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Answers to End-of-Chapter Questions – Brooker et al ARIS site
Chapter 35
Test Yourself Questions
1. Where would you look to find the gametophyte generation of a flowering plant?
a. at the shoot apical meristem
b. at the root apical meristem
c. in seeds
d. in flower parts
e. none of the above
Answer: d. The microscopic male and female gametophytes, which produce sperm and eggs, are
located within flower organs.
2. What is a radicle?
a. an embryonic leaf
b. an embryonic stem
c. an embryonic root
d. a mature root system of a monocot
e. an organism that has extreme political views
Answer: c. A radicle (note spelling) is an embryonic root.
3. What is the correct term for a plant that does not reproduce in its first year of life, but often produces
flowers and seeds within the following year?
a. an annual
b. a biennial
c. a perennial
d. a centennial
e. none of the above
Answer: b. A biennial is a plant that does not reproduce until the second year of life at the earliest.
4. Which of the following terms best describe the distinctive architecture of plants?
a. radial symmetry and apical-basal polarity
b. bilateral symmetry and apical-basal polarity
c. radial symmetry and absence of apical-basal polarity
d. bilateral symmetry and absence of apical-basal polarity
e. absence of symmetry and absence of apical-basal polarity
Answer: a. Plant architecture is characterized by radial symmetry and apical-basal polarity.
5. Which is the most accurate description of how plants grow?
a. by the addition of new cells at meristems that include stem cells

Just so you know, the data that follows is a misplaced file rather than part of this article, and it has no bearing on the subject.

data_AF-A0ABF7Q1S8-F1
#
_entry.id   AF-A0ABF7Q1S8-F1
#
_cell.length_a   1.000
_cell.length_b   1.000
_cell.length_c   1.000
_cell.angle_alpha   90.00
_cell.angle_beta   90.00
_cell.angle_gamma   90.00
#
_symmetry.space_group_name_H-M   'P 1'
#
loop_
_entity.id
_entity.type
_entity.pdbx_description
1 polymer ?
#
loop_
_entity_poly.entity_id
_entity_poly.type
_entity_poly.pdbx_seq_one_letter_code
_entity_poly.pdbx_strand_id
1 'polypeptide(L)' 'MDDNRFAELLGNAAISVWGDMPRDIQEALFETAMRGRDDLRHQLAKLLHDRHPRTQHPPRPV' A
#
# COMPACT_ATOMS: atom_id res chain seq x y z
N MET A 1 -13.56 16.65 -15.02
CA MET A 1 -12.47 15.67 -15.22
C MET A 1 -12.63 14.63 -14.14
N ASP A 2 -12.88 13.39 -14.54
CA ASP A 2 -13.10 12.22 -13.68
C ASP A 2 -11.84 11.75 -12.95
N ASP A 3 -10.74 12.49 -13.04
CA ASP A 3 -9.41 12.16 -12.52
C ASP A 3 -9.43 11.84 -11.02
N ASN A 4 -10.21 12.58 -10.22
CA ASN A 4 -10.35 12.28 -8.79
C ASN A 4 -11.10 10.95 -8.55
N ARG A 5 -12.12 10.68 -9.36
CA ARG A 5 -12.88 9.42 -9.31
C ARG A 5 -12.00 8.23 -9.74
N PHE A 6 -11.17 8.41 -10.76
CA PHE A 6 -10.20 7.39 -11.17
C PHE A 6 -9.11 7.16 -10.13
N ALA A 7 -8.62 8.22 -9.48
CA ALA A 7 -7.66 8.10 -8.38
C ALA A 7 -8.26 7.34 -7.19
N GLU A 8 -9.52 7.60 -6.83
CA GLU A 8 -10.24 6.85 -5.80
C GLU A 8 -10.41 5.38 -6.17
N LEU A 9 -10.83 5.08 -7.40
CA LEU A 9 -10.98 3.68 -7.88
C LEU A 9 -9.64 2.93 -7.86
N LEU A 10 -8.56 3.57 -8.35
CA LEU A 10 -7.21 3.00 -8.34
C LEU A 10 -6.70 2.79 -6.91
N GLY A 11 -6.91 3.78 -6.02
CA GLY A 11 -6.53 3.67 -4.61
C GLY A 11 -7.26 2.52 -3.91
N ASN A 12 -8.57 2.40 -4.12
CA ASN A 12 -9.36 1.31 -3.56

b. by cell enlargement as the result of water uptake
c. by both the addition of new cells and cell expansion
d. by addition of fat cells
e. none of the above
Answer: c. Plants grow by both the addition of new cells at meristems (which involve stem cells) and by
cell expansion as the result of water uptake.
6. Where would you look for leaf primordia?
a.
b.
c.
d.
e.
at a vegetative shoot tip
at the root apical meristem
at the vascular cambium
at the cork cambium
in a floral bud
Answer: a. Leaf primordia are produced at vegetative shoot apical meristems.
7. Which leaf tissues display the greatest amount of air space?
a. the adaxial epidermis
b. the abaxial epidermis
c. the palisade parenchyma
d. the spongy parenchyma
e. the vascular tissues
Answer: d. The spongy parenchyma is named for its abundant air spaces, which facilitate carbon
dioxide absorption by photosynthetic cells of the leaf.
8. What is an adventitious root?
a. roots that develop on plant cuttings that have been placed in water
b. buttress roots that grow from tree trunks
c. the only kinds of roots produced by monocots, because their embryonic root dies soon after
seed germination
d. any root that is produced by stem (or sometimes leaf) tissue, rather than developing directly
from the embryonic root
e. all of the above
Answer: e. An adventitious root is one that is produced by stem or leaf tissue; examples include the root
systems of monocots, roots that grow on plant cuttings, and buttress roots.
9. During its development, a tracheid will elongate in a direction parallel to the shoot or root axis.
Based on this information, what can you say about the orientation of cellulose cell-wall microfibrils
and cytoplasmic microtubules in this developing tracheid?
a. The microfibrils will be oriented perpendicularly (at right angles) to the long axis of the
developing tracheid, encircling it, but the cytoplasmic microtubules will be oriented parallel
to the direction in which the tracheid is elongating.
b. Microfibrils and microtubules will both be oriented perpendicularly (at right angles) to the
elongating axis of the tracheid.
c. Microfibrils and microtubules will both be oriented parallel to the direction of tracheid
elongation.
d. Microfibrils will be oriented parallel to the direction of tracheid elongation, but microtubules